Characteristic contrast‑enhanced ultrasound findings of hepatic epithelioid haemangioendothelioma: A case report and literature review
Affiliations: Department of Ultrasound, Chengdu First People's Hospital, Chengdu, Sichuan 610000, P.R. China, Department of Medical Imaging, North Sichuan Medical College, Nanchong, Sichuan 637000, P.R. China
- Published online on: April 26, 2023 https://doi.org/10.3892/ol.2023.13839
- Article Number: 253
Copyright: © Tang et al. This is an open access article distributed under the terms of Creative Commons Attribution License.
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Epithelioid haemangioendothelioma (EHE) is an extremely rare tumor of vascular origin that may occur in lung (30%), liver (21%), liver plus lung (18%), single lung (12%) and single bone (14%). The incidence of primary liver hepatic EHE (HEHE) is one in a million (1). In most cases, HEHE presents as an inert tumor, with clinical and morphological features intermediate between hemangioma and angiosarcoma. The rarity of HEHE and the non-specific nature of its clinical manifestations mean that rates of misdiagnosis are high, at about 60 to 80% (2). HEHE diagnosis usually relies on histological, immunohistochemical and molecular features but some imaging features are highly suggestive of this lesion. Most existing case reports describe CT and MRI imaging of HEHE, and rarely refer to two-dimensional ultrasound or contrast-enhanced ultrasound (CEUS) (3). The possibility of HEHE should be considered to avoid misdiagnosis, such as when a sign of arterial-phase peripheral nodular hyperenhancement filling internally with washout in the portal and late venous phases, arterial phase marginal ring enhancement, entailing hypoenhancement in the portal and late venous phases, or ‘reverse target sign’ are presented. The current case report describes the ultrasonographic findings of HEHE with the aim of improving the availability of diagnostic instruments.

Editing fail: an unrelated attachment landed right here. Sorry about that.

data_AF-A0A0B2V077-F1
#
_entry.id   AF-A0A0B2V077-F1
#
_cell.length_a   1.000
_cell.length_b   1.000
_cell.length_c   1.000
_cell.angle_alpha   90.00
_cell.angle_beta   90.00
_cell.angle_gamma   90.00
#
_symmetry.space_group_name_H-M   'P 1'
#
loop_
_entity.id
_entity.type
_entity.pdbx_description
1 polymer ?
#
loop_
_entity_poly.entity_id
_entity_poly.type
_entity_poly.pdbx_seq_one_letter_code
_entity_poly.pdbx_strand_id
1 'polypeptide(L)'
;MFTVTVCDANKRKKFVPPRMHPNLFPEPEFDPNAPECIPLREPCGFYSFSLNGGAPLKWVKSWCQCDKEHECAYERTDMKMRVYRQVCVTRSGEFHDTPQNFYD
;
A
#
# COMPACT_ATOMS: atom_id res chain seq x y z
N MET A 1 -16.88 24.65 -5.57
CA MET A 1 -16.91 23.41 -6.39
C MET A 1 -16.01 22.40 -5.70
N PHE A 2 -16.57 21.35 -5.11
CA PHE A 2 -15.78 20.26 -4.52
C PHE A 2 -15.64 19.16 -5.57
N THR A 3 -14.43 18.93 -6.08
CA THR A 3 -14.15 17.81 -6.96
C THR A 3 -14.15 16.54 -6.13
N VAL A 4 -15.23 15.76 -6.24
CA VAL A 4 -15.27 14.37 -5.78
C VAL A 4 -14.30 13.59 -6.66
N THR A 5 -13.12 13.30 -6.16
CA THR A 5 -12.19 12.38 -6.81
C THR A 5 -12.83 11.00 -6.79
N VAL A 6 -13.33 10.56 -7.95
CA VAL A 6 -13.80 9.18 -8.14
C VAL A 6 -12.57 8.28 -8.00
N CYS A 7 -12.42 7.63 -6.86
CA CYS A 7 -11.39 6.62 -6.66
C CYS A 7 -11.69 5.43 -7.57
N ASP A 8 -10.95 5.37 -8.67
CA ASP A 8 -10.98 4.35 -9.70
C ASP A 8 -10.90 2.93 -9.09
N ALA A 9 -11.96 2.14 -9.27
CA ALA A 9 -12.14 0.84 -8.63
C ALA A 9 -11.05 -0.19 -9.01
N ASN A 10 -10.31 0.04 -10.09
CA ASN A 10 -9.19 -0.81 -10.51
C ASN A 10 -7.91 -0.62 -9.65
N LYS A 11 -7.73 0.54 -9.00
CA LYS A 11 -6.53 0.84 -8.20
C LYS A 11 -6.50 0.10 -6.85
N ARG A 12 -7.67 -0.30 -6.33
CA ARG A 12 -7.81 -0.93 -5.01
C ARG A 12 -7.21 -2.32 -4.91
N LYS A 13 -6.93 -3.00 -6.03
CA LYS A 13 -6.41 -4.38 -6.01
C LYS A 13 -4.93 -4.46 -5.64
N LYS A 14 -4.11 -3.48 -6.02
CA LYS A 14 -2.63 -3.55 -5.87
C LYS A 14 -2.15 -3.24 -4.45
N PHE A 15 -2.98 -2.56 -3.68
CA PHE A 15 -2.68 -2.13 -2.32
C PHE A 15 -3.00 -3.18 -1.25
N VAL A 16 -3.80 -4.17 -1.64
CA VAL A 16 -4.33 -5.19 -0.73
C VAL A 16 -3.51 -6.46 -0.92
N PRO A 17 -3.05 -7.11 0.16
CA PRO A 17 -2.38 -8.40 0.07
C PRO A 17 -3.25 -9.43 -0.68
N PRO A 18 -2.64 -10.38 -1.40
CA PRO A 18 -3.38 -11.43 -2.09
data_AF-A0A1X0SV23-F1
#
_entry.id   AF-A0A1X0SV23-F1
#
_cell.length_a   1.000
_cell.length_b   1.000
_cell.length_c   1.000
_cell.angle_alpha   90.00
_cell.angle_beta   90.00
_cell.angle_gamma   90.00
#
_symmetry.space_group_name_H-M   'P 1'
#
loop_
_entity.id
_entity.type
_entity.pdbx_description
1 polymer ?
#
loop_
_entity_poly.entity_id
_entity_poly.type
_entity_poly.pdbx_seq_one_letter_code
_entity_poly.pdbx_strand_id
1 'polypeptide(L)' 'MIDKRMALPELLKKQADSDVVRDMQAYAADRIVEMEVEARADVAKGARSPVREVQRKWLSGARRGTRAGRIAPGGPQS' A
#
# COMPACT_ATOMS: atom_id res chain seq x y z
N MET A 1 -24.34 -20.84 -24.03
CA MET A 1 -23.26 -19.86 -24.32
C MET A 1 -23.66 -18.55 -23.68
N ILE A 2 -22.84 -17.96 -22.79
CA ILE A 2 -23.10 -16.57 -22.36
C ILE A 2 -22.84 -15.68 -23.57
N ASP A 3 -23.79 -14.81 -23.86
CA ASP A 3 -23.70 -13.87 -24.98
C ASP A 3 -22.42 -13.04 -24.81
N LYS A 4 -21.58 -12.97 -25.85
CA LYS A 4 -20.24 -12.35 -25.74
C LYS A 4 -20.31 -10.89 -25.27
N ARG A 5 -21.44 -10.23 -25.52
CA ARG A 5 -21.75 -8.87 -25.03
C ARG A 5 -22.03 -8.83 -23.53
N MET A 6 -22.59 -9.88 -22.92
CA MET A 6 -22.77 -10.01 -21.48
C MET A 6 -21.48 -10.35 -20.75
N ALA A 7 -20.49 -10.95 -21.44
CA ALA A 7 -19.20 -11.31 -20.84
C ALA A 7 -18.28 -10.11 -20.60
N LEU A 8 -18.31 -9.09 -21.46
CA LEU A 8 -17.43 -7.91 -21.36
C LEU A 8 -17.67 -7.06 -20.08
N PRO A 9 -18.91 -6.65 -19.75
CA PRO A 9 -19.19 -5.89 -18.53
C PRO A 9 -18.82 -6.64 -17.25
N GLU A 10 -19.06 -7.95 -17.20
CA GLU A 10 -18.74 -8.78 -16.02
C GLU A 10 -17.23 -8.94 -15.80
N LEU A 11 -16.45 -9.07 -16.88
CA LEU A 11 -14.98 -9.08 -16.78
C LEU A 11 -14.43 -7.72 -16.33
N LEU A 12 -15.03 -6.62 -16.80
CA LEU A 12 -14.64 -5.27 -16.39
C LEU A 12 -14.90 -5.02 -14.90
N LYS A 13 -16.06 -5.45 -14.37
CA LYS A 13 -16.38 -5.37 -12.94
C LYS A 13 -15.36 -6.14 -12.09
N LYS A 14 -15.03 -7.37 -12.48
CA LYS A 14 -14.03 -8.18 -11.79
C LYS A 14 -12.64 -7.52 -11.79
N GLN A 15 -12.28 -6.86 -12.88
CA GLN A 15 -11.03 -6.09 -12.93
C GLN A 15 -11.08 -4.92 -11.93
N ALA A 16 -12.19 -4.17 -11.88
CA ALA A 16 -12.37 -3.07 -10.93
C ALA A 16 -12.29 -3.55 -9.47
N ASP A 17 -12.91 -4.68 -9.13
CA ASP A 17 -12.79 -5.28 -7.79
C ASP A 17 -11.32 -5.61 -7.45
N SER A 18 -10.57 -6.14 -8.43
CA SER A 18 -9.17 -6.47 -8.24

Patient profile, imaging and laboratory results
A 38-year-old man presented for a health examination and reported no physical discomfort. He had no positive signs on physical examination and no significant disease history. Two-dimensional ultrasound revealed a 2.0×1.8 cm hypoechoic nodule in the lower segment of the right anterior lobe of the liver (S5 segment) with a clear boundary and regular shape (Fig. 1A). No blood flow signal was detected in the nodule (Fig. 1B). The patient underwent CEUS (SIEMENS Sequoia) and the S5 segment hypoechoic nodule was found to be synchronously enhanced with the liver parenchyma in the arterial phase, exhibited slight hyperenhancement in the periphery and slight hypoenhancement in the interior, peaking at 19 s (Fig. 2A). The portal phase showed hypoenhancement, slightly higher in the interior than at the periphery (Fig. 2B), no enhancement in the late venous phase and showed ‘fast-forward and fast-out’ (Fig. 2C). Two possibilities emerged from the CEUS results, cholangiocarcinoma or inflammatory pseudotumor. Abdominal contrast-enhanced computed tomography (CT) revealed a slightly hypodense nodule in the lower segment of the right anterior lobe of the liver with patchy marginal enhancement. Magnetic resonance imaging (MRI) showed an abnormal signal shadow in the lower segment of the right anterior lobe of the liver, indicating a chronic infectious or neoplastic lesion. Laboratory test results were as follows: alpha-fetoprotein: 6.8 ng/ml; carcinoembryonic antigen: 0.47 ng/ml; CA199: 8.09 U/ml; CA125: 12.5 U/ml; hepatitis B surface antigen negative and antibody positive. Remaining laboratory parameters were unremarkable.